text-highlight
May 18, 2017

Productive teams: what’s the magic number?

by Francis
Francis Nicholls-Wunder
Partner & Managing Director
“Hey everyone! My inbox is at zero! Oh wait. False alarm”

Francis has two main functions at Light Creative: managing everything and making puns. He does both very well, thanks in part to his expertise ranging from copywriting and editing, to social media and digital presence management. 

An acrostic of his name would go like this - Fierce Rational Amphibious Nourishing Calm Incorruptible Sassy.

Lightcreative  Francis  V2

Productive teams are the heart of any successful business.

I don’t just mean that in the sense of the bottom line, but in the sense of culture that gives a business its identity. The more heads you have in the game, the more issues can arise with management and communication. You need the right personalities, the right skill sets, and the right number of people in your team. Here are a few rules to follow to help you build a truly productive team.

No more than seven.

There is a lot of talk out there about the maximum number of people a manager can effectively manage is seven. Lucky seven. While this certainly isn’t a hard and fast rule, there is some pretty detailed evidence that shows communication and relationships tend to get strained when you are dealing with more than seven direct reports. So rule number one is that as soon as you notice communication strain, it's time to consider segmenting the team a little more. That way everyone can still maintain some direct and personal connection with other team members as well as their manager.

Clear goals. Clear roles.

Everyone needs to know what the team is trying to achieve. Everyone needs to know what value each team member brings. This is more than just so you can effectively manage the team, but so all team members respect each other and understand how integral they each are to team success. When every member of the team values each other, they can work more collaboratively and effectively. A productive team relies a lot more on these personal relationships than simply the skills of each individual.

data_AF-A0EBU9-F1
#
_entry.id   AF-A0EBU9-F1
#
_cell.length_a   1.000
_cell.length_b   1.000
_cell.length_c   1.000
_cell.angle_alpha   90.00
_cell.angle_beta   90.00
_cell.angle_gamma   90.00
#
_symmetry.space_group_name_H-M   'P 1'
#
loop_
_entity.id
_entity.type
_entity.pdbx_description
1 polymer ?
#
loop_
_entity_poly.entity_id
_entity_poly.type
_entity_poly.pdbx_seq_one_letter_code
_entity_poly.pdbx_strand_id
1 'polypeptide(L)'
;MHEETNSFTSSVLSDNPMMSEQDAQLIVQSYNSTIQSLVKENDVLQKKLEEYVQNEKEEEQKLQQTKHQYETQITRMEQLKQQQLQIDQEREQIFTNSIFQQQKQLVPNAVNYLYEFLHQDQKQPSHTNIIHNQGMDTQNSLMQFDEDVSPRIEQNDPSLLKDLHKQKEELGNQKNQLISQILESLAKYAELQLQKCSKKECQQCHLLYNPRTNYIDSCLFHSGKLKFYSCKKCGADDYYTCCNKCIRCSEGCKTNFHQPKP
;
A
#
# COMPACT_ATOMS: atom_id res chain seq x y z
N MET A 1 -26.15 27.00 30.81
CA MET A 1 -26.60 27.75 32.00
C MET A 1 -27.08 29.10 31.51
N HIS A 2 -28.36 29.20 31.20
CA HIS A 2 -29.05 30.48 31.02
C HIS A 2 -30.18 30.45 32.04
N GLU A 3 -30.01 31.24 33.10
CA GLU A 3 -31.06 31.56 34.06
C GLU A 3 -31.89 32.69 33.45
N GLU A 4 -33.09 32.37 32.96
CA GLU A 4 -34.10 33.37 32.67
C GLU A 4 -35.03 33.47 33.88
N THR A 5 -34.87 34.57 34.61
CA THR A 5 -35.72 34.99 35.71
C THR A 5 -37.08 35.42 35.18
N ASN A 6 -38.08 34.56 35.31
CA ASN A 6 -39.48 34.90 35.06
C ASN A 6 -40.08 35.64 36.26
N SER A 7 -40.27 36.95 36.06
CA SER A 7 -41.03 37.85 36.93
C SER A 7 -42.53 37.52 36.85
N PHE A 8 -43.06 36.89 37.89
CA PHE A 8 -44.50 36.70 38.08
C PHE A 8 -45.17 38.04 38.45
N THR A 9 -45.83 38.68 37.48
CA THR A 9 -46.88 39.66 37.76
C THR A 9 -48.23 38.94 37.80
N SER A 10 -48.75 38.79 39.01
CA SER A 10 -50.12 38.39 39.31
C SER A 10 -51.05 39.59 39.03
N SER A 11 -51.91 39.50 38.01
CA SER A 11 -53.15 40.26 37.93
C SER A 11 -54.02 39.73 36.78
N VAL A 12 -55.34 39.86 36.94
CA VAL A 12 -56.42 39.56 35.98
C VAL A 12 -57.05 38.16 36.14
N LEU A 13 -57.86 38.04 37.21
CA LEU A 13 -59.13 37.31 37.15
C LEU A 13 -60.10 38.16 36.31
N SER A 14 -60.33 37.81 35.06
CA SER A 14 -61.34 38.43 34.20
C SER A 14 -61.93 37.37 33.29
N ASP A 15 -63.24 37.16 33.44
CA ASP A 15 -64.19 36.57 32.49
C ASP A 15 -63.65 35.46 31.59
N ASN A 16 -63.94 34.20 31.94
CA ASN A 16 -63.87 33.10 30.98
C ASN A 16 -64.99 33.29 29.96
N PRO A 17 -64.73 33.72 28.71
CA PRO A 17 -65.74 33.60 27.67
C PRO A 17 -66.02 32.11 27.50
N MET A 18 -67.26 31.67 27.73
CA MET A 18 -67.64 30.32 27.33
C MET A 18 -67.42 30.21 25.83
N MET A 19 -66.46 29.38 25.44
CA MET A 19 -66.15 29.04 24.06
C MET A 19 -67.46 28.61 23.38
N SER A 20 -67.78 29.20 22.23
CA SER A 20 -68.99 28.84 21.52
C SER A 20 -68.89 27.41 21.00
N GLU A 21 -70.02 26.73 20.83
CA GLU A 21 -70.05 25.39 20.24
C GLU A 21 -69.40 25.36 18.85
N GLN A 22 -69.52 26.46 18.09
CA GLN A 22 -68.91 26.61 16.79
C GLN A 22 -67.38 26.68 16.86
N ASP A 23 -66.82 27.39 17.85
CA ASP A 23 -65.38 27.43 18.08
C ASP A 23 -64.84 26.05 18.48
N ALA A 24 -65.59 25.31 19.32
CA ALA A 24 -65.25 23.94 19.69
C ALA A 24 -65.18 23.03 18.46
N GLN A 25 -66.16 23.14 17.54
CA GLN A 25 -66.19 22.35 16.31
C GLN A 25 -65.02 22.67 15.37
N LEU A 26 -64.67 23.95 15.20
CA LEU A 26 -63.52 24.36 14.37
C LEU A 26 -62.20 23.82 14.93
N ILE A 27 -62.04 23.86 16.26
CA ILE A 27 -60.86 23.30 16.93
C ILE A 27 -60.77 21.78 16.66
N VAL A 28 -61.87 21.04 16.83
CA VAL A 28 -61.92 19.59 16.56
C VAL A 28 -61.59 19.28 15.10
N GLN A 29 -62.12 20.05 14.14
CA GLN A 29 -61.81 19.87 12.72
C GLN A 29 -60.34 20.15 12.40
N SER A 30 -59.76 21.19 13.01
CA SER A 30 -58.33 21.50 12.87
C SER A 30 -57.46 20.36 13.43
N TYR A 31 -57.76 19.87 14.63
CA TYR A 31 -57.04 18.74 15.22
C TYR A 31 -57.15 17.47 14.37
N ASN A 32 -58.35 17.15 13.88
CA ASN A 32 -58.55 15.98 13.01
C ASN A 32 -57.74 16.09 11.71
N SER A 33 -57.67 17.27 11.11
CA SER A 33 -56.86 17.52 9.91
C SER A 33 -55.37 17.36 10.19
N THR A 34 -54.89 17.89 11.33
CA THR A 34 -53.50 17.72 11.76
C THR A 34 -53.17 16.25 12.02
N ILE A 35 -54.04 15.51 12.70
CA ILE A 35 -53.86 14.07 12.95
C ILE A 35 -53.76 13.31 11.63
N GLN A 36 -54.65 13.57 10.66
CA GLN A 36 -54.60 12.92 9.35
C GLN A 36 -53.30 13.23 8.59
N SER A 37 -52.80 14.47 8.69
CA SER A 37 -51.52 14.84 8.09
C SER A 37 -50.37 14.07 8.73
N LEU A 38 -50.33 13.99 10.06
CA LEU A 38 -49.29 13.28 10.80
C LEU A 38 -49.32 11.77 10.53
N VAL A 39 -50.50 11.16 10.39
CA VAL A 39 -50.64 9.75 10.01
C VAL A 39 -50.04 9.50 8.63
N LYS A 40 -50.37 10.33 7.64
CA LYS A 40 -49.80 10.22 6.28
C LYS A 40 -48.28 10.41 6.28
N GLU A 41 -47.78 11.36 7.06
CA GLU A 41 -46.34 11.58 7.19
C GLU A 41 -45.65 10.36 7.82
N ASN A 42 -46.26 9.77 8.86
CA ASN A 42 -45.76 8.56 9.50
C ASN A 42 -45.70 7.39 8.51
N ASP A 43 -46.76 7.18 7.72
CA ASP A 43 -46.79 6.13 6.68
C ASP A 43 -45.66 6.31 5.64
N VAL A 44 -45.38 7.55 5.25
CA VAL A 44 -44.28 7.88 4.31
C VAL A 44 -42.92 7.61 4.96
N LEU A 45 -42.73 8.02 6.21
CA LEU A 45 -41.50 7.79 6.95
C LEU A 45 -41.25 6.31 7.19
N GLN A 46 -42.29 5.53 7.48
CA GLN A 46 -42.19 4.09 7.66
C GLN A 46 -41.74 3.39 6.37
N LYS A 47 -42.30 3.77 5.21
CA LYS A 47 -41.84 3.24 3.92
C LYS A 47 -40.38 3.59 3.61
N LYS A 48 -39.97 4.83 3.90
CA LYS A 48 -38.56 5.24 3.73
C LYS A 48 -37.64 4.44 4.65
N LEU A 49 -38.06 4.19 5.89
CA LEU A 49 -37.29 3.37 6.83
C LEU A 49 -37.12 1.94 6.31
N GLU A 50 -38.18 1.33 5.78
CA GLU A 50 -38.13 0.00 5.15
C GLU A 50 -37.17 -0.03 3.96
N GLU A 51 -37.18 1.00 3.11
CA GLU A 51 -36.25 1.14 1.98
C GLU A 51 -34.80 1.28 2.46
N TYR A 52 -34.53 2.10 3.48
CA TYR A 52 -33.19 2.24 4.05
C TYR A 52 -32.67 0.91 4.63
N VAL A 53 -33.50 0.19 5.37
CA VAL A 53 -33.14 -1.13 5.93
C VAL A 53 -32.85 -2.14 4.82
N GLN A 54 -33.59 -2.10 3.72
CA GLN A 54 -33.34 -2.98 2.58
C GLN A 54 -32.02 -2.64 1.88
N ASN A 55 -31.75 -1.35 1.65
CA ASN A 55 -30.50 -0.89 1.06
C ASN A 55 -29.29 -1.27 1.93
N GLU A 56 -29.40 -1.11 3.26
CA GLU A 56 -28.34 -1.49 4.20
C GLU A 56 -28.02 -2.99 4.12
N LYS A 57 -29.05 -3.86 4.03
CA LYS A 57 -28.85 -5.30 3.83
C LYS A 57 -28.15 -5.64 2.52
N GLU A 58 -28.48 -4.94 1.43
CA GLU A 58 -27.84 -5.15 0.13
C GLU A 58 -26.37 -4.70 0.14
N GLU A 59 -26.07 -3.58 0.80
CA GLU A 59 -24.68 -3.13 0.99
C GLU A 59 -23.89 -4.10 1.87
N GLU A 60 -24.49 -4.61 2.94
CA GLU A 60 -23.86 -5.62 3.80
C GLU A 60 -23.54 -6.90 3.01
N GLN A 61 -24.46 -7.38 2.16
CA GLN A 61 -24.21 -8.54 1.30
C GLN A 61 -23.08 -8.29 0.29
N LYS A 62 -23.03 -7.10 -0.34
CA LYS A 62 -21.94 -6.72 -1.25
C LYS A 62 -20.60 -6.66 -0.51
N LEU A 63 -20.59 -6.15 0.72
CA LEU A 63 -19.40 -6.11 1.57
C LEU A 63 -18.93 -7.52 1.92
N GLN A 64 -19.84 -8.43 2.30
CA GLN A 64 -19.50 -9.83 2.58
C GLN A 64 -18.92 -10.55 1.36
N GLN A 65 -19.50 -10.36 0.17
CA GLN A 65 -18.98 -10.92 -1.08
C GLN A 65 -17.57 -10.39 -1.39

No knee-jerk hires.

A new challenge doesn’t need to mean a new hire. Firstly, you should check with the team and see if you already have the skill sets and time to deal with the challenge. Secondly, you should consider what it would take to upskill some of your current team members to solve the problem rather than bringing in a new face. When there is no other option but to bring in a new team member, you should take it seriously. Make sure the rest of the team is aware of and involved in the process. If the team as a whole has some ownership of the process they will welcome the new hire with open arms and build a productive team relationship in no time.

Smaller is better.

The smaller team, the closer they will be. While every business wants to grow, you should never grow beyond your means. Often, rather than going through the hassle of finding the perfect new team member, it's easier and more cost-effective to outsource some tasks. In fact, when you take job advertising, interviewing, training, and the risk of a bad fit into account, a new hire can be one of the most resource heavy undertakings a small business will undergo in any given year. Having a solid relationship with some reliable third party providers can be a much more business savvy option that will save you a lot of headaches.

Light Creative is a Melbourne-based creative, content, and digital agency.